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Starglass (The Starglass Sequence) Kindle Edition
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Top Customer Reviews
For example, take the two love interests. Normally, YA boys are gooey constructions manufactured to make young female hearts sputter wildly, but the boys in this novel are frustrating...and not in a sexual way. I wanted to punch both of them at times, which I found oddly refreshing. Perfect teenage boys do not exist, so they shouldn't exist in the fictional realm. One love interest in particular reminded me of every spoiled, elitist prep school boy that I've had the misfortune of attending school with, and I loved it. It was cathartic to hate him, and not in a I-hate-you-but-also-find-your-arrogant-wiles-attractive way but in a pure I-hate-you-so-much-it-makes-me-want-to-stick-my-hand-in-a-blender way.
The other characters defy likeability standards as well. The story begins with the death of Terra's mother, but instead of lionizing the mother, North paints her character ambiguously. My feelings about every character are ambivalent, which I think relates to North's overall theme: things aren't cut and dry. Everyone is a mix of good and bad, so we must act in line with moral standards we've personally determined to be acceptable.
My second favorite thing is the discussion of sundry social issues.Read more ›
The plot on a basic level is highly reminiscent of Beth Revis' Across the Universe trilogy. However, in the course of one book, North takes the plot through what took two books in that series: the dissent on the ship and the approach to the planet towards which they've been heading. This is not to say that the two are identical by any means, because they're not. In fact, I think I rather like Starglass better, both for the abbreviated time on ship and for the more interesting characters.
As I mentioned already, North does a lot of those things bloggers regularly request. There's diversity in that everyone on board the Asherah is Jewish, this being one of many ships that departed Earth as its destruction neared the Asherah only accepted those of Jewish descent. One of Terra's ancestors, a non-practicing Jew and a lesbian (squee!) found a place on the ship. There are other gay characters as well, which is awesome, even if society does not approve, which is less awesome.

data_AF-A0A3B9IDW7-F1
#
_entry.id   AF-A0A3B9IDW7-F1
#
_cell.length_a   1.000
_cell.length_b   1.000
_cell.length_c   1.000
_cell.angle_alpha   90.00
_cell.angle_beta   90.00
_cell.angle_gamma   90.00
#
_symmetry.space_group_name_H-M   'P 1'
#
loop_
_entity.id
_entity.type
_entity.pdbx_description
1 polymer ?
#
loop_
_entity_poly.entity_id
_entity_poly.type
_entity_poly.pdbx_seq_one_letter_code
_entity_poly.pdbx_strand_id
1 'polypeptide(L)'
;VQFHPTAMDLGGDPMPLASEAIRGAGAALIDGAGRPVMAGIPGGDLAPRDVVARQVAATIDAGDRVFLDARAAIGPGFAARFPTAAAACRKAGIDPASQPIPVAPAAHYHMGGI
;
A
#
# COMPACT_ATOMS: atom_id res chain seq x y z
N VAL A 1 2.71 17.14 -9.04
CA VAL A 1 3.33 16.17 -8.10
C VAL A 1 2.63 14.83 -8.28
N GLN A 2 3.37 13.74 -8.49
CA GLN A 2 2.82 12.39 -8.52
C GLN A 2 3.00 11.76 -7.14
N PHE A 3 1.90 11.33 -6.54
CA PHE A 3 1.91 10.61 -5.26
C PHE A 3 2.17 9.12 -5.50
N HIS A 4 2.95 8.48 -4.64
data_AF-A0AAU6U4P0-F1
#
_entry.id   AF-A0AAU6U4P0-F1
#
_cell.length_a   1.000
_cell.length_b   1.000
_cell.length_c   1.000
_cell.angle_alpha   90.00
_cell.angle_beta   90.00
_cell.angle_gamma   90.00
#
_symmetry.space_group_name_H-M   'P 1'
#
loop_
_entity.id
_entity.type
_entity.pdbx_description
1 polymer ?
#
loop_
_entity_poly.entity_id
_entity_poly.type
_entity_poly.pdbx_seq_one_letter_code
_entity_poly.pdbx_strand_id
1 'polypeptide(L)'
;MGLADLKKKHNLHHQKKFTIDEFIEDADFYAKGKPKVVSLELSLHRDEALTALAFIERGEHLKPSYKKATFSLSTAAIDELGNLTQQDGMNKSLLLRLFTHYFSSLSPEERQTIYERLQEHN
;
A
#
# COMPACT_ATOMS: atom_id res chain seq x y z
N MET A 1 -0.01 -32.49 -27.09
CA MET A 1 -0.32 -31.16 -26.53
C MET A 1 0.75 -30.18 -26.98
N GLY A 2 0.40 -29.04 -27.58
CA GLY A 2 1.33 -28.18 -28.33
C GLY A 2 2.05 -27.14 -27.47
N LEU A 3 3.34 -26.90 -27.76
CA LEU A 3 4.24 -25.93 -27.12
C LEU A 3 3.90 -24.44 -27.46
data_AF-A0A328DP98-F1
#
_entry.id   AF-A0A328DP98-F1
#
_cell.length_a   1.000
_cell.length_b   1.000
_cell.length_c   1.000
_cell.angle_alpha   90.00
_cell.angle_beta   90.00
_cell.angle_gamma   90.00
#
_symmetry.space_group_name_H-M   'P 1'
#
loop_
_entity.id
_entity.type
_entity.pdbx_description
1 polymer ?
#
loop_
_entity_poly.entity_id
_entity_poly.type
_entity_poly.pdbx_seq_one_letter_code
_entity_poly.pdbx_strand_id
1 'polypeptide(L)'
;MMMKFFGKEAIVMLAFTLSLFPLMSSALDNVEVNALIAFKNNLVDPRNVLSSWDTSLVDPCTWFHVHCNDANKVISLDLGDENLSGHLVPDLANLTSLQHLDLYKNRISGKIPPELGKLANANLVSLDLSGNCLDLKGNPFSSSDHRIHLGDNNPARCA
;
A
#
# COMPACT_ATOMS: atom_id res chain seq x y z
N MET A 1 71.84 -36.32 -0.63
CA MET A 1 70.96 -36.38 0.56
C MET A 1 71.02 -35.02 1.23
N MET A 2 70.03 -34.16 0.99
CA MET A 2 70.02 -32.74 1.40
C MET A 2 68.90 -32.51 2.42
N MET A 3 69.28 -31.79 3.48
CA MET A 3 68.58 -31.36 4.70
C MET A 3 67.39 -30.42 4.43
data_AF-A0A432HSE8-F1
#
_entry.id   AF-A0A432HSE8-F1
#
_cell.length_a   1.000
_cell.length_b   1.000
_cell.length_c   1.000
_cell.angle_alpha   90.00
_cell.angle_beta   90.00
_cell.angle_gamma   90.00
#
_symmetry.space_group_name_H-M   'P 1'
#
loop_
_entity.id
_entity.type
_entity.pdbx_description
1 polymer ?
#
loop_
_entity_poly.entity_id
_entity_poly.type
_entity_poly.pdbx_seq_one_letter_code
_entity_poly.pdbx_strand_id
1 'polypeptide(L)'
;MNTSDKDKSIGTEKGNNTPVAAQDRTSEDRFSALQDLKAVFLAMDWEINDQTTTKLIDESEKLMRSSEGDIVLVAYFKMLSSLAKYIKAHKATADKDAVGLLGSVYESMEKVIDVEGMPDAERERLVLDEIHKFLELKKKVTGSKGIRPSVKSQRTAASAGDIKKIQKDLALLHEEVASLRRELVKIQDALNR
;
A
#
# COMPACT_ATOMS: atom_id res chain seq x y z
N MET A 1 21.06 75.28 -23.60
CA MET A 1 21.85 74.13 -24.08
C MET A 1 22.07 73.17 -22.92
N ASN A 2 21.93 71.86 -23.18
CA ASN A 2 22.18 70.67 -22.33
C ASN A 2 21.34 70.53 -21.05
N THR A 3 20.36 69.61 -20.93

Another fantastic thing is how many of the authority figures on the Asherah are female. Women and men are in equal standing here. The current leader of the guard is an imposing female by the name of Captain Wolff.Read more ›
The stuff it does really, really well: Diversity. First of all, this is a Jewish spaceship. Peopled solely by Jewish people. It's so nice to read about some religion other than Christianity, honestly. I loved that. Then there's the fact that the book opens with a letter from a lesbian woman to her daughter. I nearly did a fist-pump at that. The fact that gay is not shuffled to the back like it's something that never happens. I really appreciated the fact that the author used this science fiction setting to explore the issues of homophobia and gay rights. The right of choice is a strong theme throughout the book.
Other things worked for me, but didn't raise that 'hell-yes' feeling in me. Like how Terra reacted in certain situations. How she felt about her situation, and her role in the greater scheme of things. The way the community developed and changed over the 500 years they were traveling to their destination was eminently believable. The writing was straight-forward and easy to read through. This was a quick read - I'd fly through 20-30 pages before I even realized I had. I was glad that romance wasn't a focus, really glad actually, though I think it probably will be in the next book.
But, yeah, there's always a 'but'...But, there were things that left me shaking my head in frustration. I'm a character reader. I love characters, they are what makes me invest in the story first and foremost. Second is the world. Preferably I'd have both of these in my books.Read more ›
Most Recent Customer Reviews
Fresh, thought-provoking, and eminently readable. The story is beautifully layered and the characters are textured and real, with a tantalizing ending. Loved it.Published 5 months ago by MiriamJayne
I really enjoyed this debut novel. As someone who is Jewish (and grew up loving space operas and alien invasions), I feel like this book was written for the younger version of me. Read morePublished 6 months ago by R001
The character building and world building in this sci-fi were incredible!Published 8 months ago by Peggy Eddleman
Vivid storytelling really pulled me into this book and I immediately purchased the sequel (Starbreak) to find out what happens next!Published 8 months ago by charlotte
This was unlike anything I've ever read. Just stunning work. I don't want to spoil anything, but let's just say I did not see the ending coming at all. Read morePublished 10 months ago by JCrow
I'm not sure what happened with me and this book. I was really looking forward to this one, mainly because Beth Revis' Across the Universe series, and Amy Kathleen Ryan's Glow... Read morePublished 11 months ago by The Tale Temptress
A bit slow in the beginning, then couldn't put it down. Can't wait to downloaf sequel.Published 11 months ago by Lisa
First of all, I enjoyed this book and read the sequel as well. However, there are definitely some things that I thought pointed to poor execution or the use of plot devices for... Read morePublished 16 months ago by Breetaiya
This book was fantastic. The world building was really well done, Terra was a wonderfully strong, realistic character, and the plot kept things trucking along. Read morePublished 16 months ago by T. Banghart
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